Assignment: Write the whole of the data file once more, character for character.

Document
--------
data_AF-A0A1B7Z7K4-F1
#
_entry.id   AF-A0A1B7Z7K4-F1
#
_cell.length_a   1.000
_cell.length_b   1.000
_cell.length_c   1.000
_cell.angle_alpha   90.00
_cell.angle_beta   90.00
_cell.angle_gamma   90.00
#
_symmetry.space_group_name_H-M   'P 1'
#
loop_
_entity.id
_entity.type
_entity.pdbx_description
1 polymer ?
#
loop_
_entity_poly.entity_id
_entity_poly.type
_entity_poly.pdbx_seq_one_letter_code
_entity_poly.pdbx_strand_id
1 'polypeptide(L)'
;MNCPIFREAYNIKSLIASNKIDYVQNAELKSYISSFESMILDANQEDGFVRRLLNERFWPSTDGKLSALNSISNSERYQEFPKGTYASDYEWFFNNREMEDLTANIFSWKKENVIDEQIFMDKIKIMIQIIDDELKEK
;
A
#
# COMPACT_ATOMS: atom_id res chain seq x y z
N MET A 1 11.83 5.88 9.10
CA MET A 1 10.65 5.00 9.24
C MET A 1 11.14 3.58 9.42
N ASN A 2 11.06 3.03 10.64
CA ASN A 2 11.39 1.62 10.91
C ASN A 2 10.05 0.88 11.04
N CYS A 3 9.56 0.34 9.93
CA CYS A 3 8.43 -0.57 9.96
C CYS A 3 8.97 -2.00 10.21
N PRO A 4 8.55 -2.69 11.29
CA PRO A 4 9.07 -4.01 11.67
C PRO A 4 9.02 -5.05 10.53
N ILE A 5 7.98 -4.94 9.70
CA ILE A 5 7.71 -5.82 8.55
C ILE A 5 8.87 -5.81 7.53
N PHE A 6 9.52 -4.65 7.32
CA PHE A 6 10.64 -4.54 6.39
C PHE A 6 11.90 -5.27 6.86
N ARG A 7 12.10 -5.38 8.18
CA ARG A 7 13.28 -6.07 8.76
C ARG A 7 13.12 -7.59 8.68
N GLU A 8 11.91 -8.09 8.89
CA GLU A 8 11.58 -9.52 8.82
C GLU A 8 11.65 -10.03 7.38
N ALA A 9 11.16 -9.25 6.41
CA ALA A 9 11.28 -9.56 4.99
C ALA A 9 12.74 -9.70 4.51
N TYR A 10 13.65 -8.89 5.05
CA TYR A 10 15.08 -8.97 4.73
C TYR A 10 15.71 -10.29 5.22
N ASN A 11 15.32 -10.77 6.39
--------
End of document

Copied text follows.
data_AF-A0A1B7Z7K4-F1
#
_entry.id   AF-A0A1B7Z7K4-F1
#
_cell.length_a   1.000
_cell.length_b   1.000
_cell.length_c   1.000
_cell.angle_alpha   90.00
_cell.angle_beta   90.00
_cell.angle_gamma   90.00
#
_symmetry.space_group_name_H-M   'P 1'
#
loop_
_entity.id
_entity.type
_entity.pdbx_description
1 polymer ?
#
loop_
_entity_poly.entity_id
_entity_poly.type
_entity_poly.pdbx_seq_one_letter_code
_entity_poly.pdbx_strand_id
1 'polypeptide(L)'
;MNCPIFREAYNIKSLIASNKIDYVQNAELKSYISSFESMILDANQEDGFVRRLLNERFWPSTDGKLSALNSISNSERYQEFPKGTYASDYEWFFNNREMEDLTANIFSWKKENVIDEQIFMDKIKIMIQIIDDELKEK
;
A
#
# COMPACT_ATOMS: atom_id res chain seq x y z
N MET A 1 11.83 5.88 9.10
CA MET A 1 10.65 5.00 9.24
C MET A 1 11.14 3.58 9.42
N ASN A 2 11.06 3.03 10.64
CA ASN A 2 11.39 1.62 10.91
C ASN A 2 10.05 0.88 11.04
N CYS A 3 9.56 0.34 9.93
CA CYS A 3 8.43 -0.57 9.96
C CYS A 3 8.97 -2.00 10.21
N PRO A 4 8.55 -2.69 11.29
CA PRO A 4 9.07 -4.01 11.67
C PRO A 4 9.02 -5.05 10.53
N ILE A 5 7.98 -4.94 9.70
CA ILE A 5 7.71 -5.82 8.55
C ILE A 5 8.87 -5.81 7.53
N PHE A 6 9.52 -4.65 7.32
CA PHE A 6 10.64 -4.54 6.39
C PHE A 6 11.90 -5.27 6.86
N ARG A 7 12.10 -5.38 8.18
CA ARG A 7 13.28 -6.07 8.76
C ARG A 7 13.12 -7.59 8.68
N GLU A 8 11.91 -8.09 8.89
CA GLU A 8 11.58 -9.52 8.82
C GLU A 8 11.65 -10.03 7.38
N ALA A 9 11.16 -9.25 6.41
CA ALA A 9 11.28 -9.56 4.99
C ALA A 9 12.74 -9.70 4.51
N TYR A 10 13.65 -8.89 5.05
CA TYR A 10 15.08 -8.97 4.73
C TYR A 10 15.71 -10.29 5.22
N ASN A 11 15.32 -10.77 6.39